In the news today is a story about Jimmy Buffett taking the stand at the inaugural Vanity Fair New Establishment Summit. Daniel Ek, the founder of Spotify, one of the internet’s leading music streaming services, was speaking. Buffett wanted to know if his royalties were going to go up anytime soon.
Ek said no.
Buffett argued, and it was a good and legit argument, that newer musicians aren’t making enough from the service to play their music, and that’s one of the reasons they’re struggling.
The argument goes further than that. Of all the money that Spotify makes, most of it, up to $1 billion, will go to the rights holders to the music. 70% in fact, will go to those holders. If a newer musician is tied to a major label, chances are very good that that label is the rights holder, not the musician. So the label is going to get a big chunk of that $1 billion, while the artist is only going to get a fraction of a cent each time one of their songs is played via the service.
Now, here’s where the issues really start to show themselves.
First of all, newer musicians have to read those contracts. Instead they’re told about all of the fame and fortune that awaits them if they just sign the contract, and how the label is going to back them 100%, and how they’re going to be huge stars. They sign, and typically are given a bonus. Let’s say $1 million.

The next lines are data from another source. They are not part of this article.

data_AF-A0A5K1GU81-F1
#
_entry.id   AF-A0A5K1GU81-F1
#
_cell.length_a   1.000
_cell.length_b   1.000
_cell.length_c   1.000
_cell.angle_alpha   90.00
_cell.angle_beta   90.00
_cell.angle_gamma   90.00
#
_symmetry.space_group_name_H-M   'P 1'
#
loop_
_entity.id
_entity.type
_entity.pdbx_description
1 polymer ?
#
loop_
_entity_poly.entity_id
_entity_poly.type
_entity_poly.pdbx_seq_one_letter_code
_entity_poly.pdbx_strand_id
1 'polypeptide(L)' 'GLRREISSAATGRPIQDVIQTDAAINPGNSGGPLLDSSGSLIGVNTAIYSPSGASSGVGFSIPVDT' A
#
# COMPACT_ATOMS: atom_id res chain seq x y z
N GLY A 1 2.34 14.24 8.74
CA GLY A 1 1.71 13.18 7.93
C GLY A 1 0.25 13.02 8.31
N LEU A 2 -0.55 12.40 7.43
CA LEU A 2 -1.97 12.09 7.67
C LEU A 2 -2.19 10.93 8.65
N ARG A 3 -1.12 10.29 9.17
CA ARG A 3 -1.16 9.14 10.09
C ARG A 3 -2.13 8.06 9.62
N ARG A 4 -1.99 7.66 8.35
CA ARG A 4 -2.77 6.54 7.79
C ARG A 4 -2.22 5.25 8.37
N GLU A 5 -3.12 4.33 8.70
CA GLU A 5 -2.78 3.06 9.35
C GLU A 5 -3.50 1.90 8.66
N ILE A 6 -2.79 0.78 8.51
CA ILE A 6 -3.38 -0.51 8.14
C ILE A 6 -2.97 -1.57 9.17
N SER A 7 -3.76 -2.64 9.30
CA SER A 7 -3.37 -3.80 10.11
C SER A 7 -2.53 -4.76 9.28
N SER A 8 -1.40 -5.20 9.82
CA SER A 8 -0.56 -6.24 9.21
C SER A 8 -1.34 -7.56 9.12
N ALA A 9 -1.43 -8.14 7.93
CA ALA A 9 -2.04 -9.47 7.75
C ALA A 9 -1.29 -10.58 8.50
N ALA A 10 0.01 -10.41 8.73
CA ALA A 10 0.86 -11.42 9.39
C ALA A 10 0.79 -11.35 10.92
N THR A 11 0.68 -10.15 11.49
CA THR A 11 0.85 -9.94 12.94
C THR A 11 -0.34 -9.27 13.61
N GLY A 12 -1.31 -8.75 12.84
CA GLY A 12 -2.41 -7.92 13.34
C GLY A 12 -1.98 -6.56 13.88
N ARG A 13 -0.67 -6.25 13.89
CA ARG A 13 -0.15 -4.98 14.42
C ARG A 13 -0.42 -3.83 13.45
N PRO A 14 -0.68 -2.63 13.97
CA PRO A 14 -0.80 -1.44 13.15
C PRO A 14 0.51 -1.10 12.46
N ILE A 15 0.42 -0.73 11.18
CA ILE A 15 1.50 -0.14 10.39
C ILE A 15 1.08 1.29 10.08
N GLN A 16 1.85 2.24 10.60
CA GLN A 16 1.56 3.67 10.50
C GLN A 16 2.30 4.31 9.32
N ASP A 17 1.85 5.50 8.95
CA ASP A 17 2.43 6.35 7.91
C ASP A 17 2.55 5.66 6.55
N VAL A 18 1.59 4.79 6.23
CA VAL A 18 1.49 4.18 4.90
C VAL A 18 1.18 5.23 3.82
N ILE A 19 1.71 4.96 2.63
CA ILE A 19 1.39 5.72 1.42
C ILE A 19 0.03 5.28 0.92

They are expected to do things with that $1 million. Get a nice car, nice bling, nice clothes, new tattoos… and when their album comes out, the money made from that album goes back to the label, to pay back that $1 million. If that album isn’t a hit or a huge hit, and the artist doesn’t make a ton of money from it, if they actually make back that $1 million but not much more, they’re left with the not much more. Suddenly they’re struggling again.